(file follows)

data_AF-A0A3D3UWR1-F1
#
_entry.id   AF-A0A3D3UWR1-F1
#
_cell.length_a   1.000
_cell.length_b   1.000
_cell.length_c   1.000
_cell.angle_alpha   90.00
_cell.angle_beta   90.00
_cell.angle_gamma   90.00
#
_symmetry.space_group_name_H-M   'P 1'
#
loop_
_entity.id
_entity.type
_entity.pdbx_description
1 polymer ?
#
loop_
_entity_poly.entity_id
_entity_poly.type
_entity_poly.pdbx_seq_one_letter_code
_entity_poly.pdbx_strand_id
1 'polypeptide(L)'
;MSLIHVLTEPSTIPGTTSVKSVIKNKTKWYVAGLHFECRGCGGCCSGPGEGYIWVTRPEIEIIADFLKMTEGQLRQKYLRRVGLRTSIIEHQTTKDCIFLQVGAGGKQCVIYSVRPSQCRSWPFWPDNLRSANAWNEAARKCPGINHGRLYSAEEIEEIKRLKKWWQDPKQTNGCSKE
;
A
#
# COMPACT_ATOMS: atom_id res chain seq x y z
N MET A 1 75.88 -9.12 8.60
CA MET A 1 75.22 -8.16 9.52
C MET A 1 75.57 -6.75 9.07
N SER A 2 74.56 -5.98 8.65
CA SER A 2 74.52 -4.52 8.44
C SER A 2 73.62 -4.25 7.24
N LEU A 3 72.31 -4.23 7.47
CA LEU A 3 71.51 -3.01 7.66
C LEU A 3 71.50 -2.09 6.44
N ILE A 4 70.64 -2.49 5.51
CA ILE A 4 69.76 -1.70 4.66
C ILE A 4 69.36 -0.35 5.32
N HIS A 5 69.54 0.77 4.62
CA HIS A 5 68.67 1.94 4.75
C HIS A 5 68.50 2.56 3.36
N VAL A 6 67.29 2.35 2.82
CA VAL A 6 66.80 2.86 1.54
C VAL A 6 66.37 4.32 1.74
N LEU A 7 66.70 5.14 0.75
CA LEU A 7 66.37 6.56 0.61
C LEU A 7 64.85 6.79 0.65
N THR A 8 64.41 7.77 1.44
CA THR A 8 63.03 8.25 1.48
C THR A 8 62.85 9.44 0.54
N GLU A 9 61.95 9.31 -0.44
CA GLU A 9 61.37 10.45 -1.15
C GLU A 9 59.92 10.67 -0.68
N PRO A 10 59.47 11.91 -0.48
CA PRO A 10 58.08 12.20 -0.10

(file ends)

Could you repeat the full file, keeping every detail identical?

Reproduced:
data_AF-A0A3D3UWR1-F1
#
_entry.id   AF-A0A3D3UWR1-F1
#
_cell.length_a   1.000
_cell.length_b   1.000
_cell.length_c   1.000
_cell.angle_alpha   90.00
_cell.angle_beta   90.00
_cell.angle_gamma   90.00
#
_symmetry.space_group_name_H-M   'P 1'
#
loop_
_entity.id
_entity.type
_entity.pdbx_description
1 polymer ?
#
loop_
_entity_poly.entity_id
_entity_poly.type
_entity_poly.pdbx_seq_one_letter_code
_entity_poly.pdbx_strand_id
1 'polypeptide(L)'
;MSLIHVLTEPSTIPGTTSVKSVIKNKTKWYVAGLHFECRGCGGCCSGPGEGYIWVTRPEIEIIADFLKMTEGQLRQKYLRRVGLRTSIIEHQTTKDCIFLQVGAGGKQCVIYSVRPSQCRSWPFWPDNLRSANAWNEAARKCPGINHGRLYSAEEIEEIKRLKKWWQDPKQTNGCSKE
;
A
#
# COMPACT_ATOMS: atom_id res chain seq x y z
N MET A 1 75.88 -9.12 8.60
CA MET A 1 75.22 -8.16 9.52
C MET A 1 75.57 -6.75 9.07
N SER A 2 74.56 -5.98 8.65
CA SER A 2 74.52 -4.52 8.44
C SER A 2 73.62 -4.25 7.24
N LEU A 3 72.31 -4.23 7.47
CA LEU A 3 71.51 -3.01 7.66
C LEU A 3 71.50 -2.09 6.44
N ILE A 4 70.64 -2.49 5.51
CA ILE A 4 69.76 -1.70 4.66
C ILE A 4 69.36 -0.35 5.32
N HIS A 5 69.54 0.77 4.62
CA HIS A 5 68.67 1.94 4.75
C HIS A 5 68.50 2.56 3.36
N VAL A 6 67.29 2.35 2.82
CA VAL A 6 66.80 2.86 1.54
C VAL A 6 66.37 4.32 1.74
N LEU A 7 66.70 5.14 0.75
CA LEU A 7 66.37 6.56 0.61
C LEU A 7 64.85 6.79 0.65
N THR A 8 64.41 7.77 1.44
CA THR A 8 63.03 8.25 1.48
C THR A 8 62.85 9.44 0.54
N GLU A 9 61.95 9.31 -0.44
CA GLU A 9 61.37 10.45 -1.15
C GLU A 9 59.92 10.67 -0.68
N PRO A 10 59.47 11.91 -0.48
CA PRO A 10 58.08 12.20 -0.10